Gynostemma (Jiaogulan) ~ Immortality Tea

Gynostemma (Jiaogulan) ~ Immortality Tea

from 13.00

Origin: China

  • Sweet
  • Adaptogen
  • Overall Health

Gynostemma pentaphyllum herb tea became popular in the 1970's after a census was conducted in China revealing a high percentage of people living healthy lives of 100 years old. For this reason it is often called as the Immortality Tea.

This group of people were located in isolated highland villages in Southern China. This is a location where the plant naturally grows wild and where people were reported to live healthy long lives from daily consumption. Because of its remote use, it has only been recently introduced into the Chinese herbal system and is now a popular hot tea to drink throughout Asia.

Gynostemma is recognized for its energizing and anti-fatigue effects, often used as a replacement for coffee and caffeinated teas. This Herb contains saponin gypenosides and other constituents that exhibit antioxidant, anti-inflammatory and immune modulating properties.

Gynostemma tea pentaphyllum is recognized for it's medicinal saponin-rich qualities.

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Gynostemma, like many adaptogenic herbs, can help activate biological process, to help calm the body, especially if consumed in the morning for breakfast.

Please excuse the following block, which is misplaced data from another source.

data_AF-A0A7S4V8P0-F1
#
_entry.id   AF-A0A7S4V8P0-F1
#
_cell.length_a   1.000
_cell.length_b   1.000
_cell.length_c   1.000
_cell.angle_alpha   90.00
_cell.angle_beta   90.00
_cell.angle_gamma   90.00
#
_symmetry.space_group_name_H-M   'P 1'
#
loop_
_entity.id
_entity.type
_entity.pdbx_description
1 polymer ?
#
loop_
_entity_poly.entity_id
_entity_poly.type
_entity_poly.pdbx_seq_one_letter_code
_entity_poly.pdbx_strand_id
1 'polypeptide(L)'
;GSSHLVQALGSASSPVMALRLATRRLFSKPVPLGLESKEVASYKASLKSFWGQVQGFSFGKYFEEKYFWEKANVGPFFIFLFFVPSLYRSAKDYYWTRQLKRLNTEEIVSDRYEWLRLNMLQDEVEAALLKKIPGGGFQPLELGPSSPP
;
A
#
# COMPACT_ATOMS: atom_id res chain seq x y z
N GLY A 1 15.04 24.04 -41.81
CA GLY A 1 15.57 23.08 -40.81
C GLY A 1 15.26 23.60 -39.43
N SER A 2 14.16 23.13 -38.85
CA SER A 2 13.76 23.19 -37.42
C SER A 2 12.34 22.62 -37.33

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What is an Adaptogen? 

The term adaptogen has not yet been accepted in medicine. This is probably due to the difficulties in discriminating adaptogenic drugs from immunostimulators, anabolic drugs, nootropic drugs, and tonics. There can be not doubt, however, that, at least in animal experiments, there are plant drugs capable of modulating distinct phases of the adaptation syndrome as defined by Seyle. These drugs either reduce stress reactions in the alarm phase or retard / prevent the exhaustion phase and thus provide a certain degree of protection against long-term stress.

The small number of drugs that have evidence of anti-stress activity are similar to the herbs: Holy Basil, Chaga Mushrooms, Ginseng, Rhodiola, and Gynostemma. 

For the a PDF form "Plant adaptogens." Phytomedicine 1.1 (1994): 63-76. Click here for a Published Peer Review Article